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Abstract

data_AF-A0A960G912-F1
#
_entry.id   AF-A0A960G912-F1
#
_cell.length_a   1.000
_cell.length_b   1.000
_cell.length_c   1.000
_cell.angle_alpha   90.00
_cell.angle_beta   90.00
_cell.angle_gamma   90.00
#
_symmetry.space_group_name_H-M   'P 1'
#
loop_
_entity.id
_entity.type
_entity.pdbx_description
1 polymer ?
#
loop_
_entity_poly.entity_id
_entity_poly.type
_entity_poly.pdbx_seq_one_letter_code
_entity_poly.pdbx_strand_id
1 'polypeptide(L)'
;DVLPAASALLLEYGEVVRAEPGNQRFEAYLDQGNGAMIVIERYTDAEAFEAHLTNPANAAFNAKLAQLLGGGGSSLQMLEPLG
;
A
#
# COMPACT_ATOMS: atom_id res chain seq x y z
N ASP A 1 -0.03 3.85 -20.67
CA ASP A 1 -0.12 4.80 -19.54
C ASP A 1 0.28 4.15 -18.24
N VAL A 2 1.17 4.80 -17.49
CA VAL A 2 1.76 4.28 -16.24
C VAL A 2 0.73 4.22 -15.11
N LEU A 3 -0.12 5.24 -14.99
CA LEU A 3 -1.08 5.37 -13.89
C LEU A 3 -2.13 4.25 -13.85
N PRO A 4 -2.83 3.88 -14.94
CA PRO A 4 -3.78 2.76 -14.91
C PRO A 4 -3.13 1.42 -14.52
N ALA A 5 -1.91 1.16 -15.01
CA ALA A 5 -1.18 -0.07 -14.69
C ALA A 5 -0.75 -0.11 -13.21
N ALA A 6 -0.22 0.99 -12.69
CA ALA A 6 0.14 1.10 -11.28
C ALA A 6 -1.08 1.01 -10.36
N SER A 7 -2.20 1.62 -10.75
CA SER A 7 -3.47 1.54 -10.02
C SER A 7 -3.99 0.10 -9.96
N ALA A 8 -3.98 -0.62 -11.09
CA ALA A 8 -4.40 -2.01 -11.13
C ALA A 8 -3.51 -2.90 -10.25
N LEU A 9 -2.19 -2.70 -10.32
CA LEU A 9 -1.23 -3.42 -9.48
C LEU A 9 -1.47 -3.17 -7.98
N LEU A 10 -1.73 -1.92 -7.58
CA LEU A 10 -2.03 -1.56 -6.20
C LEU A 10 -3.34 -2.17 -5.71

This Article contributes to an emerging theoretical debate over the legitimate scope of public health law by linking it to a particular doctrinal debate in public nuisance law. State and local governments have been largely stymied in their efforts to use public nuisance litigation against harmful industries to vindicate collectively-held, common law rights to non-interference with public health and safety. The ways in which this litigation has failed are instructive for a broader movement in public health that is only just beginning to take shape. In response to evolving scientific understanding about the determinants of health, public health advocates are rapidly implementing new law and policy tools to alter our environments and behaviors in ways that improve health at the population level. Critics of this “new public health” movement seek to safeguard individual liberty by disconnecting the law and politics of public health from its science. They argue that modern health threats such as heart disease and diabetes are individual concerns not sufficiently public in nature to trigger doctrines that privilege state intervention over individual rights. Public health scholars engaged in this theoretical debate have overlooked a related doctrinal debate within public nuisance law in which courts have struggled to define the scope of “public rights,” including the right to non-interference with public health. In both debates, critics have rightly insisted that the public must be more than the mere aggregation of private interests. But the narrower conceptions of the public that critics have put forth fail to account for the full scope of the state’s authority and responsibility for public health. This Article stakes out a middle position by adopting the classically liberal view of public health law critics—that state interference with individual liberty requires robust justification—while also defining the public broadly so as to justify considerable state intervention under the banner of public health. Drawing on analysis of public nuisance litigation as a public health tool, I propose that epidemiological harms—which I define as those for which causation can be established at the population level, but not necessarily at the individual level—should be understood as public bads. This conception of the public provides a more robust justification for the new public health law movement that more firmly grounds it in the science of social epidemiology.

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